At 25, I took a guy home for Thanksgiving. We’d discussed marriage. My family thought he was “too old” (and admittedly, I hadn’t gotten all my partying out of my system). We broke up. For the next few years I returned for the holidays unaccompanied, and it was my father who expressed concern that I was “running out of time” to find a mate.

Hold up. Was I supposed to be working on that? Because I was grinding out 70-hour workweeks with a day job and two side hustles, trying to get to six figures and put those degrees to good use. I was focused. I didn’t even know I was supposed to balance.  

There was actually someone I’d been madly in love with, but he’d moved to the Midwest. I would have given up everything to follow him if only he’d asked. He didn’t. He said I should stay in New York and focus on my career. Years later, I realized I’d given him the impression that was all that mattered to me. When he left, it was.


I threw myself into my jobs so much because I liked them—or, rather, the feeling of accomplishment—and because I was nursing a broken heart. I also figured I had more control over success at work than I did success in a relationship and I enjoyed the freedom of dating: no responsibilities but also no heartbreaks. My grass stayed green where it was watered.

I figured I’d work things out with that guy I was so crazy about someday when everything had taken off professionally for me and I had downtime to focus on “us.” Like the New York Times couple, my guy and I went in and out of each other’s life for years.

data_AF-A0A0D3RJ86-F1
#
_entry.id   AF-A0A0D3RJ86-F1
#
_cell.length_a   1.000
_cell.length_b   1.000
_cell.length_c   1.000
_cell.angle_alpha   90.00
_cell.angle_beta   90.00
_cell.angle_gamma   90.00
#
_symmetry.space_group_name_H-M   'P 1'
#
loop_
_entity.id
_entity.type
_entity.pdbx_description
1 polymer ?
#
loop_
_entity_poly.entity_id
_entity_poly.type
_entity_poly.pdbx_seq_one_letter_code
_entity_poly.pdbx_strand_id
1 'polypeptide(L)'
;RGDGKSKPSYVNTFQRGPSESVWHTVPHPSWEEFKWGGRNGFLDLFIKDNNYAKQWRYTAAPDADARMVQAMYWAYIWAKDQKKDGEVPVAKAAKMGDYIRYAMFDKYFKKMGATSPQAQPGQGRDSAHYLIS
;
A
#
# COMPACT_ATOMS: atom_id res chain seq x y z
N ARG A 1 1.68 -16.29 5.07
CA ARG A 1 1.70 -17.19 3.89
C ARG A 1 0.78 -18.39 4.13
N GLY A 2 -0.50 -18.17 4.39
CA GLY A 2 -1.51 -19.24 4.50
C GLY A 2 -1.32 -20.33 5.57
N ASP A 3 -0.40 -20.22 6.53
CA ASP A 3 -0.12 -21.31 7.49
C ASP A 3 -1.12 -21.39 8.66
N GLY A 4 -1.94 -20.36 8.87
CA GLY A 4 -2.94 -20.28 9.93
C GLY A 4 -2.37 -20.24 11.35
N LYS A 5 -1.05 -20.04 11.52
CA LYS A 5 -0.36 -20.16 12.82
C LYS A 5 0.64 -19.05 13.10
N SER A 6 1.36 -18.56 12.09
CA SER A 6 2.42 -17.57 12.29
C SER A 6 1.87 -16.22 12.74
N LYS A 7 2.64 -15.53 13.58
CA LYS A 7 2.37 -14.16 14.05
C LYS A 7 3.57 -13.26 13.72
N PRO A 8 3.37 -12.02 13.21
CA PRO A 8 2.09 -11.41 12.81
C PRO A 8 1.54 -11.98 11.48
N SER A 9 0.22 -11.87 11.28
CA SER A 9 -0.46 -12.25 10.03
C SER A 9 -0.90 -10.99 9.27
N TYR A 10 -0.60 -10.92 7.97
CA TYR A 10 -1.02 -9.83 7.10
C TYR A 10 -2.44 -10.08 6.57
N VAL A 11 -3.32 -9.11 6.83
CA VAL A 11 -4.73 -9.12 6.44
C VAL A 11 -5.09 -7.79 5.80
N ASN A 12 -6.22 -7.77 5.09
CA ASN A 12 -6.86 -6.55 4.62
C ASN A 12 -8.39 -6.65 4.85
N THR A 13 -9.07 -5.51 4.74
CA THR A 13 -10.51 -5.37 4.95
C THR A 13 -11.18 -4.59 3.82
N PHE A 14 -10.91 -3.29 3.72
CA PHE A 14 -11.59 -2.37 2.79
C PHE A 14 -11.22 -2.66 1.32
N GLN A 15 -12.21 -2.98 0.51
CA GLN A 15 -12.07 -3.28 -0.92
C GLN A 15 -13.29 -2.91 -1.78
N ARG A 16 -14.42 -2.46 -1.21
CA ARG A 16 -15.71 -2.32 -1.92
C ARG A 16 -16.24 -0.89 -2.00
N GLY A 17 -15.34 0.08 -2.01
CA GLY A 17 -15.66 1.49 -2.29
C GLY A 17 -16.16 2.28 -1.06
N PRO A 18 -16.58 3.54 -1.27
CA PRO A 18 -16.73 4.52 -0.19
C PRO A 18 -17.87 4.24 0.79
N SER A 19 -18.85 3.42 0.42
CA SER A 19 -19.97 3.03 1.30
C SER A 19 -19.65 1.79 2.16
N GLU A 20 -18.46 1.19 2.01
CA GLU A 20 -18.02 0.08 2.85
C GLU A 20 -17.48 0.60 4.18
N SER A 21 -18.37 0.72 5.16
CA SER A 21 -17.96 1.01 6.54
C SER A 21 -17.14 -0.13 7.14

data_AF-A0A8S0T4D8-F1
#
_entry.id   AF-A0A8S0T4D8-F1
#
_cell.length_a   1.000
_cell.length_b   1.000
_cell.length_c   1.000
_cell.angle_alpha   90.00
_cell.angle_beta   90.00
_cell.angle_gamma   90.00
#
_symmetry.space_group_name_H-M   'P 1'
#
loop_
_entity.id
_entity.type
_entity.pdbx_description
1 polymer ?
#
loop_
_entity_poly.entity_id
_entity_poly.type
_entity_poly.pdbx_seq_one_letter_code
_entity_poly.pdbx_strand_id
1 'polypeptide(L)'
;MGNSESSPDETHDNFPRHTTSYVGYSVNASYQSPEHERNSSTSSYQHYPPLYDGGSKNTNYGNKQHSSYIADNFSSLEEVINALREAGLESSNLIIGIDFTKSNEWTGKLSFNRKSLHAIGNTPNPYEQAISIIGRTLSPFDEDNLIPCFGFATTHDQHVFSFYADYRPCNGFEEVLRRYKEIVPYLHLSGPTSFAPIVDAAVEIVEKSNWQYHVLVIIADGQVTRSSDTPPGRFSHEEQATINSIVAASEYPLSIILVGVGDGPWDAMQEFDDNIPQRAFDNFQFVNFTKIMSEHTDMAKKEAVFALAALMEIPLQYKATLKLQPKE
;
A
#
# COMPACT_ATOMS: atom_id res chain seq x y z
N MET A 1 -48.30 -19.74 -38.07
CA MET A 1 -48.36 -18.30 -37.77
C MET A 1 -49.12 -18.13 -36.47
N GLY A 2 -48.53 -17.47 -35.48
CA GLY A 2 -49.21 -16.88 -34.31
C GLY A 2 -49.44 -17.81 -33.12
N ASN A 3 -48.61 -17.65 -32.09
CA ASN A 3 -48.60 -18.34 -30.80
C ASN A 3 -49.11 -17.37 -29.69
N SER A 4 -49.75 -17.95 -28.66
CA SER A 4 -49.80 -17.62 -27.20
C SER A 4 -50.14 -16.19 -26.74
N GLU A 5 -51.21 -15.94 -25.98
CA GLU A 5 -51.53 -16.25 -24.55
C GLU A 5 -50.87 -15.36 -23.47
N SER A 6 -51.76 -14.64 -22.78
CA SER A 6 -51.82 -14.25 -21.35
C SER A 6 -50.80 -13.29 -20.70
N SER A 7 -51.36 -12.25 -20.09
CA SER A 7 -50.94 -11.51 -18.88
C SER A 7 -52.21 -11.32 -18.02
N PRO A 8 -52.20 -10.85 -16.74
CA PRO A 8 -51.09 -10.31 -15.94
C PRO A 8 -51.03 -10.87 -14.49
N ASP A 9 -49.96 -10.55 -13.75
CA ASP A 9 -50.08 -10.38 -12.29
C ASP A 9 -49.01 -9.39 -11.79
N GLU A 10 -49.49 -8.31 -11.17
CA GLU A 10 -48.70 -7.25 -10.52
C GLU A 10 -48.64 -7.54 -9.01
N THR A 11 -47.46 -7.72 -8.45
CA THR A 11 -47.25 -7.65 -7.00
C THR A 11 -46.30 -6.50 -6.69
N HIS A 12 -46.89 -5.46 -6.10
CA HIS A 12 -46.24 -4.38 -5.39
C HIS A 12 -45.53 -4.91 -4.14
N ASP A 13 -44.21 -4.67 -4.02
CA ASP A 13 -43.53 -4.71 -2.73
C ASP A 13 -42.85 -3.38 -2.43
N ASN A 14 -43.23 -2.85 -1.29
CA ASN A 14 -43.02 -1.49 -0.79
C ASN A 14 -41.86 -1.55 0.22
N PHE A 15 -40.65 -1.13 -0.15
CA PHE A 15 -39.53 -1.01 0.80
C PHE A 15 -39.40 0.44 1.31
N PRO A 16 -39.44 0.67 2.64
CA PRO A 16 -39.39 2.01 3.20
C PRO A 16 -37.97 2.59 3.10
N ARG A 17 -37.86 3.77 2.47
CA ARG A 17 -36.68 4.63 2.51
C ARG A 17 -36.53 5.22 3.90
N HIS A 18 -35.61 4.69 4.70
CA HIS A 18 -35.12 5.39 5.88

At one point I’d been thinking about him a lot but hadn’t talked to him in almost a year. We’d argued about something important at the time but irrelevant by then. He called a few days later. I took it as a sign that we were still in sync and maybe God was trying to tell me something.


That wasn’t the case. That guy was calling to say he had a new girlfriend. She was pregnant. I hung up the phone and went to tape my first TV appearance that night. He called me from the hospital to tell me when his daughter was born six weeks later. I’d landed a book deal the previous day.

It was too late.

When Skiffer came to her senses, she wrote Coote a letter of apology and added, “If you’ll have me, I’m ready.”


I held my breath as I read, waiting for his response, despite knowing that it all worked out—just because I know it doesn’t for so many women.

In June, Skiffer quit her job and moved to Massachusetts to be with Coote. On Dec. 14 they wed in San Francisco. On Dec. 29 I teared up as much for their happy ending as for the many women who don’t get one.   

So many women waste so much time finding love. We take the advice of well-meaning parents, but their good intentions aren’t always good for us. Maybe it’s time some women rethought their approach to dating.


“This story made so much sense,” one commenter wrote on my page. “And gave me a wakeup call. Not all women are as fortunate. Missed opportunities are often just that, missed!”

Demetria L. Lucas is a contributing editor at The Root, a life coach and the author of the upcoming book Don’t Waste Your Pretty: The Go-to Guide for Making Smarter Decisions in Life & Love.